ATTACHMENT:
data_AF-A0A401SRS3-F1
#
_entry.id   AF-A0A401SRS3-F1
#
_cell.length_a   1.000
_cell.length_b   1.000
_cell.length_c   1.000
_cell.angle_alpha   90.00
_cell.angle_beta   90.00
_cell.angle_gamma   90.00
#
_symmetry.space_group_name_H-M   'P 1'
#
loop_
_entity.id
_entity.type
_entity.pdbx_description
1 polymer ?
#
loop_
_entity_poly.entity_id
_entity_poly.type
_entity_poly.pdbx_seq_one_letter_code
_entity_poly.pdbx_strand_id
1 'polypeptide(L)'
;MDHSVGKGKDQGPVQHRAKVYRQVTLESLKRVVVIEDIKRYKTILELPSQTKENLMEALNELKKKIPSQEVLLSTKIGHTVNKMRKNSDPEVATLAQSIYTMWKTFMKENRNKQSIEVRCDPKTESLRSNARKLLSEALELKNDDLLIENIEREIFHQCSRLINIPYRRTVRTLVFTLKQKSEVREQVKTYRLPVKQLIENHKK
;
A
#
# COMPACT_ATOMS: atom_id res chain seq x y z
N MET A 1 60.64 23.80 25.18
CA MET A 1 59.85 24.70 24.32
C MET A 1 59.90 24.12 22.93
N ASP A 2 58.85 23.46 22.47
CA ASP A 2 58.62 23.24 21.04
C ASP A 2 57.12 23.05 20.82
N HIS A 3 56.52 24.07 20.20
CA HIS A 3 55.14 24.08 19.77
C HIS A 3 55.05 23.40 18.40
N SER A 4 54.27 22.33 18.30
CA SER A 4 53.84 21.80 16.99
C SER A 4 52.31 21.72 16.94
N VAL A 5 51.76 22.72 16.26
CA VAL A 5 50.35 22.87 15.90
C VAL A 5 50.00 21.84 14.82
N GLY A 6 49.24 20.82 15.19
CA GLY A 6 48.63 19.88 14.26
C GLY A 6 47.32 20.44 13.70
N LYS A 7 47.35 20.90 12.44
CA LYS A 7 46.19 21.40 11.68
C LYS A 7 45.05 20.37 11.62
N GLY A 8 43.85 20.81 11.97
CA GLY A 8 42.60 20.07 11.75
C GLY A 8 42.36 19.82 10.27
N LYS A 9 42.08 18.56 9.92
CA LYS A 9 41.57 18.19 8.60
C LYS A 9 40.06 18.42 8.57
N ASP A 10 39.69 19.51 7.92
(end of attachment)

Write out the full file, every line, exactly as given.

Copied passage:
data_AF-A0A401SRS3-F1
#
_entry.id   AF-A0A401SRS3-F1
#
_cell.length_a   1.000
_cell.length_b   1.000
_cell.length_c   1.000
_cell.angle_alpha   90.00
_cell.angle_beta   90.00
_cell.angle_gamma   90.00
#
_symmetry.space_group_name_H-M   'P 1'
#
loop_
_entity.id
_entity.type
_entity.pdbx_description
1 polymer ?
#
loop_
_entity_poly.entity_id
_entity_poly.type
_entity_poly.pdbx_seq_one_letter_code
_entity_poly.pdbx_strand_id
1 'polypeptide(L)'
;MDHSVGKGKDQGPVQHRAKVYRQVTLESLKRVVVIEDIKRYKTILELPSQTKENLMEALNELKKKIPSQEVLLSTKIGHTVNKMRKNSDPEVATLAQSIYTMWKTFMKENRNKQSIEVRCDPKTESLRSNARKLLSEALELKNDDLLIENIEREIFHQCSRLINIPYRRTVRTLVFTLKQKSEVREQVKTYRLPVKQLIENHKK
;
A
#
# COMPACT_ATOMS: atom_id res chain seq x y z
N MET A 1 60.64 23.80 25.18
CA MET A 1 59.85 24.70 24.32
C MET A 1 59.90 24.12 22.93
N ASP A 2 58.85 23.46 22.47
CA ASP A 2 58.62 23.24 21.04
C ASP A 2 57.12 23.05 20.82
N HIS A 3 56.52 24.07 20.20
CA HIS A 3 55.14 24.08 19.77
C HIS A 3 55.05 23.40 18.40
N SER A 4 54.27 22.33 18.30
CA SER A 4 53.84 21.80 16.99
C SER A 4 52.31 21.72 16.94
N VAL A 5 51.76 22.72 16.26
CA VAL A 5 50.35 22.87 15.90
C VAL A 5 50.00 21.84 14.82
N GLY A 6 49.24 20.82 15.19
CA GLY A 6 48.63 19.88 14.26
C GLY A 6 47.32 20.44 13.70
N LYS A 7 47.35 20.90 12.44
CA LYS A 7 46.19 21.40 11.68
C LYS A 7 45.05 20.37 11.62
N GLY A 8 43.85 20.81 11.97
CA GLY A 8 42.60 20.07 11.75
C GLY A 8 42.36 19.82 10.27
N LYS A 9 42.08 18.56 9.92
CA LYS A 9 41.57 18.19 8.60
C LYS A 9 40.06 18.42 8.57
N ASP A 10 39.69 19.51 7.92